A fully guaranteed, maximum contract in some ways sets you free -- financially you shouldn’t have to worry for the rest of your life. But it can weigh on some players and more than one has struggled to try to live up to a different set of expectations -- real or imagined; internal or external.
No one has ever come out and said that has been part of Siakam’s issue but it’s certainly shaped how his drop in performance at the end of last season and a string of poor play early this season has been perceived.
After a decent opening night, Siakam shot 36 per cent and averaged nearly six fouls a game while getting to the line only twice himself over the Raptors' next three games, divided by his benching for leaving the floor after fouling out against the Philadelphia 76ers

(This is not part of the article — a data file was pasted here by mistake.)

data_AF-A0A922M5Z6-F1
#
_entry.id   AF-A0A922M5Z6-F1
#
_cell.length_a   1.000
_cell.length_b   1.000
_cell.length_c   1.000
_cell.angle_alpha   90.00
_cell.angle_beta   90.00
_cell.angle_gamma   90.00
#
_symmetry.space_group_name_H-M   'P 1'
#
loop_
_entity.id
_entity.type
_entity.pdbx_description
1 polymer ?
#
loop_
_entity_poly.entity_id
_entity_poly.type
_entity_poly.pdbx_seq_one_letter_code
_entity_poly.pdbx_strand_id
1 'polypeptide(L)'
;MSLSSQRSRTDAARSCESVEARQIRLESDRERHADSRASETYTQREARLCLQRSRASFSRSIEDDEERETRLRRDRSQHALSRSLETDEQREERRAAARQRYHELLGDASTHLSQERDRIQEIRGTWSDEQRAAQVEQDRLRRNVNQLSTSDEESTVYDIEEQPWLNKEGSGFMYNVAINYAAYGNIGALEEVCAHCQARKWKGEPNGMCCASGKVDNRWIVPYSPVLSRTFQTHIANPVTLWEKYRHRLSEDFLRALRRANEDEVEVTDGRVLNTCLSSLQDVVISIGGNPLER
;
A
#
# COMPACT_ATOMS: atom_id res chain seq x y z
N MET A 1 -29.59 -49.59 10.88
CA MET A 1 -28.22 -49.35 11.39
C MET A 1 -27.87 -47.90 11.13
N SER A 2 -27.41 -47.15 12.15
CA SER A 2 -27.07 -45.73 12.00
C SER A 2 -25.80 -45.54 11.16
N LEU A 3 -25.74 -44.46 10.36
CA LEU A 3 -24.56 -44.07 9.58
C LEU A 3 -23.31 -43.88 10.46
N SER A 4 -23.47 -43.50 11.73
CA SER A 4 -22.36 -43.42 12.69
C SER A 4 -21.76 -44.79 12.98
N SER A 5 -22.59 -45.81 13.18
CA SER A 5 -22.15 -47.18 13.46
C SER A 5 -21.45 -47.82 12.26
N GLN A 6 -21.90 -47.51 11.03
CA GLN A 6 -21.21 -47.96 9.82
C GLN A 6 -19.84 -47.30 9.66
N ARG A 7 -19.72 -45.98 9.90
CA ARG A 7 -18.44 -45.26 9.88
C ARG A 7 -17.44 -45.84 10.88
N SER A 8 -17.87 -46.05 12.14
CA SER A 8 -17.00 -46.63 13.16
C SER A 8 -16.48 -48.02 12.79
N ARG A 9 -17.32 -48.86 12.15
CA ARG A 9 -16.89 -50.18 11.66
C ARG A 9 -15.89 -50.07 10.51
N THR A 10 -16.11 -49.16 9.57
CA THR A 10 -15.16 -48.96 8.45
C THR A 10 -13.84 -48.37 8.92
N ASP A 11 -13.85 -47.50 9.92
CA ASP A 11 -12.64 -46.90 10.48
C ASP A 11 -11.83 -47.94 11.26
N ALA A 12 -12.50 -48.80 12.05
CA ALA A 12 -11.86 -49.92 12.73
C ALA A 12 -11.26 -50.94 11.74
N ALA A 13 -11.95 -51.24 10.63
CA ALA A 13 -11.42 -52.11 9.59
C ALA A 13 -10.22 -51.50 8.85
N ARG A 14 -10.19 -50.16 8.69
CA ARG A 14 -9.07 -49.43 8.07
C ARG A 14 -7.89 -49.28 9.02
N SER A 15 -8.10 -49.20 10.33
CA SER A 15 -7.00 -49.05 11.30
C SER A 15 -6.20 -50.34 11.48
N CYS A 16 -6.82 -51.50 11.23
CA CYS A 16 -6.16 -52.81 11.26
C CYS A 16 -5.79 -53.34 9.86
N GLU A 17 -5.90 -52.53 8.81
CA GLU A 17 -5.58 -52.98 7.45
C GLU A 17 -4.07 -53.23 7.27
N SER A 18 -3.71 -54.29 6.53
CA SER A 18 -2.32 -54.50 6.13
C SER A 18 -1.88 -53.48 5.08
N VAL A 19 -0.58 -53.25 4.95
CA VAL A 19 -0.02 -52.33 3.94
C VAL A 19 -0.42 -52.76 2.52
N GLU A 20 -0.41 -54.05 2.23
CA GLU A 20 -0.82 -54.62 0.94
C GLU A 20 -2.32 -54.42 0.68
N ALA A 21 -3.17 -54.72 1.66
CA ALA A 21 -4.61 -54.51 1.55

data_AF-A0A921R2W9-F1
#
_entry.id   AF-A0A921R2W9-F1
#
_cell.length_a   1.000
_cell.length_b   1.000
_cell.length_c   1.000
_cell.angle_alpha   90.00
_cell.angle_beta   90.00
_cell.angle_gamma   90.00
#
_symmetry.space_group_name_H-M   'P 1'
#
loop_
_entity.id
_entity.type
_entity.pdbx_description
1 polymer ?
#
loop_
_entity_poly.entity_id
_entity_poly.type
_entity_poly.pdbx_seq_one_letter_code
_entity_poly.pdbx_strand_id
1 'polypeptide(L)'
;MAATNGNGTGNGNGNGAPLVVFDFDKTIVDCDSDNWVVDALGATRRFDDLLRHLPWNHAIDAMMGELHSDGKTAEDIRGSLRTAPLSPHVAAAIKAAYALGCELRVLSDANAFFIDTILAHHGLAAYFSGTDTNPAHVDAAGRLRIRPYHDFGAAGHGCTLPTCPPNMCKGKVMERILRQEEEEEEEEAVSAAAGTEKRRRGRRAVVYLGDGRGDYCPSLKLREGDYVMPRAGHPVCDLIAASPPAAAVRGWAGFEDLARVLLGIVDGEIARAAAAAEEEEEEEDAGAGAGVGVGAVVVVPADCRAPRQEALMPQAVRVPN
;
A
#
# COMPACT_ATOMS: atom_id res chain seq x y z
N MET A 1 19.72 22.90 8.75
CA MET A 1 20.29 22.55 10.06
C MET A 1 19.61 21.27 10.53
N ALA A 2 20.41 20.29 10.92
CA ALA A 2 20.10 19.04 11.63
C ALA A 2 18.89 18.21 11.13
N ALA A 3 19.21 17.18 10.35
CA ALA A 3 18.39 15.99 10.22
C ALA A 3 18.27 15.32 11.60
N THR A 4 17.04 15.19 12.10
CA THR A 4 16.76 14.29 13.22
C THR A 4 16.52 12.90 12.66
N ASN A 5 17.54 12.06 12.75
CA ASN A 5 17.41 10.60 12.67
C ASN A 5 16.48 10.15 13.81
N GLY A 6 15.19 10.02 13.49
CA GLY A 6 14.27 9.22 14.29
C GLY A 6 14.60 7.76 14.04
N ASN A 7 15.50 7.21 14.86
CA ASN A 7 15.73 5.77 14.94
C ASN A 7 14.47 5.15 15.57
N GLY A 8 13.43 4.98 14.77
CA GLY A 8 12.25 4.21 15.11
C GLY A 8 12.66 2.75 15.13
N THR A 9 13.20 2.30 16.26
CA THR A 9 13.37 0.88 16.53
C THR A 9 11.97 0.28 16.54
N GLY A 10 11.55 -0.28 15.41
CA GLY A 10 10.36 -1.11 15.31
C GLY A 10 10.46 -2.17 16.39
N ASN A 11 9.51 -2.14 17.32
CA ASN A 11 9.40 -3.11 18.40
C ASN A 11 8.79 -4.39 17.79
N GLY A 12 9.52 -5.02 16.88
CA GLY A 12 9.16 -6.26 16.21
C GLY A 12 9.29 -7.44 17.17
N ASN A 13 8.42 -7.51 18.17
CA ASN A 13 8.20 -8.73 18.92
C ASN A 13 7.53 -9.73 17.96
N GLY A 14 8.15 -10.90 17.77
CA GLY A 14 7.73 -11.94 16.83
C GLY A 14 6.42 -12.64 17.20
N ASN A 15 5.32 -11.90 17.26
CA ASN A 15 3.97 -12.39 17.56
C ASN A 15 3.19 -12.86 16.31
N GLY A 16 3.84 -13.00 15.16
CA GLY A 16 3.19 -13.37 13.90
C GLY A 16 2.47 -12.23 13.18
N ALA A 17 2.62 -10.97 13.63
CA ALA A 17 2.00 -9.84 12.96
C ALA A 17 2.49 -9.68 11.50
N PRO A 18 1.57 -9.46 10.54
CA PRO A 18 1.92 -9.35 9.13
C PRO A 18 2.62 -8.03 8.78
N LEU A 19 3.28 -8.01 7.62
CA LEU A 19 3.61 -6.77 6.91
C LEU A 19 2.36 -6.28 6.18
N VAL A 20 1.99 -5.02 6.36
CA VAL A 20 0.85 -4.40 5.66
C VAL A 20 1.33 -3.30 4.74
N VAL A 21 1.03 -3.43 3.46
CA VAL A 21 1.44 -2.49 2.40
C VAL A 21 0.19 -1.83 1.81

Poor play from a late first-round pick on a rookie contract is hardly worth mentioning. A long stretch of regression -- going back to his playoffs struggles -- from a supposed franchise building block can make things so noisy it’s deafening.
Perhaps that’s why Siakam chose to log off from social media recently, his commitment so total that he was genuinely unaware of the recent news that had inspired a pre-game joining of arms between the Raptors and the Suns: the storming of the Capitol Building in Washington and decision in Kenosha, Wisc. not to charge the officers in the shooting this past summer of Jakob Blake.